Western Sydney International Airport will be built in Parkland City region
Zaha Hadid Architects has beaten Fosters and Rogers Stirk Harbour & Partners to land the job of designing a new airport in Australia.
The UK practice teamed up with local firm Cox Architecture to bid the £3bn Western Sydney Airport project. They have now been appointed master architect.
More than 40 architectural teams tendered and five were shortlisted in the summer. International practices were expected to partner with a local firm.
The finalists were: Design Inc with Foster & Partners; Architectus, Gensler, SAA and Surbana Jurong; Cox with Zaha Hadid Architects; Woods Bagot with RSHP; and Hassell with Pascall & Watson.
The brief demanded that entrants must have designed at least three major aviation projects in the last 10 years. They were also required to involve university students in the design process.
ZHA has designed Beijing Daxing International Airport and Navi Mumbai International Airport. Cox has worked at Sydney, Melbourne and Canberra airports.
The Western Sydney International (Nancy-Bird Walton) Airport, named after the youngest Australian woman to gain her pilot’s licence in the 1930s, is planned for a greenfield site in Sydney’s emerging western Parkland City region.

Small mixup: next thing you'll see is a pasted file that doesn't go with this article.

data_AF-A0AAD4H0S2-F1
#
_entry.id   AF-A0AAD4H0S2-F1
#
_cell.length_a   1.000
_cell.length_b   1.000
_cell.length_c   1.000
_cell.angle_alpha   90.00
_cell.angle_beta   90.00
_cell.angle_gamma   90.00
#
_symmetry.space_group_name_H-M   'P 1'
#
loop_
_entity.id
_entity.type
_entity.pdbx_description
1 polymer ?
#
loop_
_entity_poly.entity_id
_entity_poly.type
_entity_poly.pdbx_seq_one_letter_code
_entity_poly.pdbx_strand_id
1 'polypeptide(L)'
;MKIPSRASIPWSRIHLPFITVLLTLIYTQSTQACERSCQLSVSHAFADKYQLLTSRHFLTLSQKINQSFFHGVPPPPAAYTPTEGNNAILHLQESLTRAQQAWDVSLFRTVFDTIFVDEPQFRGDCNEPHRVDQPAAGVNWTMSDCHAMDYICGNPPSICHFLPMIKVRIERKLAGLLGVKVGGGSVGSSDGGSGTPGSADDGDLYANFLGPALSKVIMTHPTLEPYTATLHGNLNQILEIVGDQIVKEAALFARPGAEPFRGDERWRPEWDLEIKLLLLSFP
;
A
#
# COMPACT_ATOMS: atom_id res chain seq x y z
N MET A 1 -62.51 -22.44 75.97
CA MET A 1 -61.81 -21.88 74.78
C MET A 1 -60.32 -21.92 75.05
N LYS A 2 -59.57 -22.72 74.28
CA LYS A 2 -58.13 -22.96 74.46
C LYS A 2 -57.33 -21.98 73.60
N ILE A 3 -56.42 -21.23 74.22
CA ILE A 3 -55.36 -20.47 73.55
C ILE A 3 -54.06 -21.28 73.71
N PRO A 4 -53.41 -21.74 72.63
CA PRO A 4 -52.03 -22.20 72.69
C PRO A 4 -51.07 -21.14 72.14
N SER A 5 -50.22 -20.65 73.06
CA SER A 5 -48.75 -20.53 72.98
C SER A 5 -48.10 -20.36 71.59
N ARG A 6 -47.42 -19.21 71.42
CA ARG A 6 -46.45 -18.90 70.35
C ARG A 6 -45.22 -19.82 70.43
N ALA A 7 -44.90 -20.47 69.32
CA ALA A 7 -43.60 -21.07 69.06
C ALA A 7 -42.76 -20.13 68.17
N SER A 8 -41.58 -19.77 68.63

After the original Harbour City on the coast and the River City around Paramatta, the Parkland City is intended to become Sydney’s third urban hub, stimulating the city’s western expansion over the coming decades, as the population of the greater metropolitan area is set to reach 9 million by 2040.
The airport will be built in four stages, beginning in 2022. The first stage is due to open in 2026 with a capacity of 10 million passengers a year. By 2060, when it will be capable of handling 82 million passengers annually, it should be the largest international gateway to Australia.
ZHA and Cox will provide an overarching design for the entire airport precinct including design guidelines for future expansion. At the same time, the team will prepare the design documents for the execution of the first phase of the new terminal precinct.
ZHA project director and associate director Cristiano Ceccato called it an “amazing project”.
“The design is an evolution of Australian architecture past, present and future,” he said. “It draws inspiration from both traditional architectural features such as the veranda, as well as the natural beauty of the surrounding bushland.”
Cox project director David Holm added: “The design takes inspiration from the unique local flora of Western Sydney and its unique natural qualities, such as the Great Australian Light. These spaces, colours and materials have been incorporated into the design to give the project an unmistakable regional identity.”